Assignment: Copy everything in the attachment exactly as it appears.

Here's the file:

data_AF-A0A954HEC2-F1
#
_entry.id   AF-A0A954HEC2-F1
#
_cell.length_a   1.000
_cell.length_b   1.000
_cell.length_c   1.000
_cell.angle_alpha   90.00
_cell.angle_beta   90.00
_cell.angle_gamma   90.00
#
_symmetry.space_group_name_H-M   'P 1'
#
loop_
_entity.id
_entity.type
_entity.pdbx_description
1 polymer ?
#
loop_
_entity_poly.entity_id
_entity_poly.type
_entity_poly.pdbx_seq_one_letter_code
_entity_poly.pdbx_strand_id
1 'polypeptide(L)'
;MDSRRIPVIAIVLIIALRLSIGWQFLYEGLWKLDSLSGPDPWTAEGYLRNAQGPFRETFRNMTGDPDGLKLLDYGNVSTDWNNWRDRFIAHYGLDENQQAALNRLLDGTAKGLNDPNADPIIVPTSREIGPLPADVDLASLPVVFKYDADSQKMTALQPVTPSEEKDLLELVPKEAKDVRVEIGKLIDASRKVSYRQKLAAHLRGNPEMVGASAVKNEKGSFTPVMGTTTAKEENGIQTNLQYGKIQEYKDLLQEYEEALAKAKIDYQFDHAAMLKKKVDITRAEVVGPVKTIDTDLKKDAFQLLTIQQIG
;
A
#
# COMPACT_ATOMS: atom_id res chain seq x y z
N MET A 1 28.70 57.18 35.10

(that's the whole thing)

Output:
data_AF-A0A954HEC2-F1
#
_entry.id   AF-A0A954HEC2-F1
#
_cell.length_a   1.000
_cell.length_b   1.000
_cell.length_c   1.000
_cell.angle_alpha   90.00
_cell.angle_beta   90.00
_cell.angle_gamma   90.00
#
_symmetry.space_group_name_H-M   'P 1'
#
loop_
_entity.id
_entity.type
_entity.pdbx_description
1 polymer ?
#
loop_
_entity_poly.entity_id
_entity_poly.type
_entity_poly.pdbx_seq_one_letter_code
_entity_poly.pdbx_strand_id
1 'polypeptide(L)'
;MDSRRIPVIAIVLIIALRLSIGWQFLYEGLWKLDSLSGPDPWTAEGYLRNAQGPFRETFRNMTGDPDGLKLLDYGNVSTDWNNWRDRFIAHYGLDENQQAALNRLLDGTAKGLNDPNADPIIVPTSREIGPLPADVDLASLPVVFKYDADSQKMTALQPVTPSEEKDLLELVPKEAKDVRVEIGKLIDASRKVSYRQKLAAHLRGNPEMVGASAVKNEKGSFTPVMGTTTAKEENGIQTNLQYGKIQEYKDLLQEYEEALAKAKIDYQFDHAAMLKKKVDITRAEVVGPVKTIDTDLKKDAFQLLTIQQIG
;
A
#
# COMPACT_ATOMS: atom_id res chain seq x y z
N MET A 1 28.70 57.18 35.10